In the latter part of August, my husband and I took a trip to Gananoque, Ontario to see a performance at the theatre there. My sister was one of the actors; hence, our trip to that lovely part of Ontario. On the way, we detoured through Prince Edward County and boarded the Glenora ferry, pictured below.

The ferry goes about every 15 minutes in the summer so our wait was not too long, even though lots of cars were lined up. We filled in the time enjoying the waterfront.

Many sailboats and other craft used the waterway which we had to cross to get to Adolphustown on the road to Kingston, Ontario.

This is Loyalist country and I got to see a U.E.L. cemetery along the way. Here is the Loyalist flag flying above the cemetery which is enclosed by a beautiful metal fence. In the distance you can see the stones of many of the Loyalists buried there. The stones have been cemented into a long monument as a way of preserving this history.

A few of the stones stand on their own.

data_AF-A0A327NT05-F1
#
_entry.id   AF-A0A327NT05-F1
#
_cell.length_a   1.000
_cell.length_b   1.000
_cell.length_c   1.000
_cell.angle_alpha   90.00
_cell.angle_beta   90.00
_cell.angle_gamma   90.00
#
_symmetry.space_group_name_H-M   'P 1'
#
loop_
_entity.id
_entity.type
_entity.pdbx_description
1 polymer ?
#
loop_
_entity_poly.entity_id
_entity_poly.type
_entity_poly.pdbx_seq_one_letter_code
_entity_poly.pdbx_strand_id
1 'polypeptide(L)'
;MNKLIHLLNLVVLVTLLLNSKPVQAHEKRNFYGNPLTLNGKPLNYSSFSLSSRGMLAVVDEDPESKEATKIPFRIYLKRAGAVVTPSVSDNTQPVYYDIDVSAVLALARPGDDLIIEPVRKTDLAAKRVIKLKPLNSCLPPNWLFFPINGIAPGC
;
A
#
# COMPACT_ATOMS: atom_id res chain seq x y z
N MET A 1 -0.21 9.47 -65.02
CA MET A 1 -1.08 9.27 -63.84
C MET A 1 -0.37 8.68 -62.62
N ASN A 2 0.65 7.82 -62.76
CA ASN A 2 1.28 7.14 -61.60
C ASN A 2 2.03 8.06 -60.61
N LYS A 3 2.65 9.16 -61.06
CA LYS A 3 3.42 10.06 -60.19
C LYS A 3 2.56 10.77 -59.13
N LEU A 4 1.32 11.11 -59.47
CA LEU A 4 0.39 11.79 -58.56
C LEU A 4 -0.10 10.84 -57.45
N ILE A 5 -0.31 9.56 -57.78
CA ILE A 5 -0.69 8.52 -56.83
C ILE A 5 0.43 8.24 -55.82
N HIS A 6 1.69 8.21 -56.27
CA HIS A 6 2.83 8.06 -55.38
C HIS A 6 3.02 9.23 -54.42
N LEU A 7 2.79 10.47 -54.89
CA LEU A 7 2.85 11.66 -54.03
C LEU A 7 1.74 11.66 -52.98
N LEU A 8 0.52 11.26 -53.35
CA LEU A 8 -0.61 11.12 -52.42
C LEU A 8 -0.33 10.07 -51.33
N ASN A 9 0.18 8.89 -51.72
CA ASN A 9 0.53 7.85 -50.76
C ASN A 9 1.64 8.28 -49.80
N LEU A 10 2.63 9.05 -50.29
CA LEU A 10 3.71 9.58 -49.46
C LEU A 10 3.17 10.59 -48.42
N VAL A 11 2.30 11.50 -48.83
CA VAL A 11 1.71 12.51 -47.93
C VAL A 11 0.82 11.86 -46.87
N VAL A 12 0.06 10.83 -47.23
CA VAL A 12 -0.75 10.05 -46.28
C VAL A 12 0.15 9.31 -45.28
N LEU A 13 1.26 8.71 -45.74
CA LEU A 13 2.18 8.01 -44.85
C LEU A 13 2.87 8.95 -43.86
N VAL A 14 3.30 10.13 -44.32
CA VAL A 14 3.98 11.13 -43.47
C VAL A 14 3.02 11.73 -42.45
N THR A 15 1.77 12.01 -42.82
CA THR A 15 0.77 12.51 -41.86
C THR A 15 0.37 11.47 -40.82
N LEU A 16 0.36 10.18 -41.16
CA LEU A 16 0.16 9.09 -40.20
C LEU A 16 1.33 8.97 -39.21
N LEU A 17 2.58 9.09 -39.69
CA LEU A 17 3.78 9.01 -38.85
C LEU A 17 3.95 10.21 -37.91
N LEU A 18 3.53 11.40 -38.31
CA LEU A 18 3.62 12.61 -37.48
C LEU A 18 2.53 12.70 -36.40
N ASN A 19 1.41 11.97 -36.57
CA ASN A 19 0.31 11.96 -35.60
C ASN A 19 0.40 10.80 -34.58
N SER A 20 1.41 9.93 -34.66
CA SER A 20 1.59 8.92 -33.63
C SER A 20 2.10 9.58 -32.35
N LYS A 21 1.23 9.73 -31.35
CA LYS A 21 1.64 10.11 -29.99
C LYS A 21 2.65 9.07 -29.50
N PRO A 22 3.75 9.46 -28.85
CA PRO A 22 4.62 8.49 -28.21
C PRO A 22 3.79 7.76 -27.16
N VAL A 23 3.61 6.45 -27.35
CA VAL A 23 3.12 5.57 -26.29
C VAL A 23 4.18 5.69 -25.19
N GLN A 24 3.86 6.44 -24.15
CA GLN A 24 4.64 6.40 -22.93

Here’s a closer view of the fence and of the stones.

I was intrigued by the wording on this sign telling of the coming of the Loyalists to the Kingston area. For my Loyalist trilogy I started the first book in 1778 during the American Revolutionary War that precipitated the flight to Canada of those loyal to Britain, from what had been the Thirteen Colonies and became the United States.

Here is another view of the monument and stones.

Many of the women in those times died early from childbirth and several of the stones showed how young these women were.

The stone below tells the story of a mother dying, presumably in birthing the child who died two months later.

This stone memorializes a “much loved wife”. She lived to be 51 so presumably either didn’t have children or survived that ordeal.

This stone reminds us that though a multitude of stones remain across our land, many markers made of wood have disappeared over the years.

The Frontenac, the first steamship on Lake Ontario, was built near Kingston in the early 1800’s. The sign below and the Canadian Encyclopedia shed light on the ship’s history. I was intrigued to learn that the population of Upper Canada was too small for the ship to make much money and it was about to be scrapped when an arsonist burned it.

This, too, is part of our early Ontario history and the plaque below is near the Loyalist cemetery.

Preserving our Ontario history has become very important to me. Whenever I find efforts to do just that I am thrilled. Those who came before us would be pleased, too.

For my take on the Loyalists, try my Loyalist Trilogy, linked below.

 

 

 

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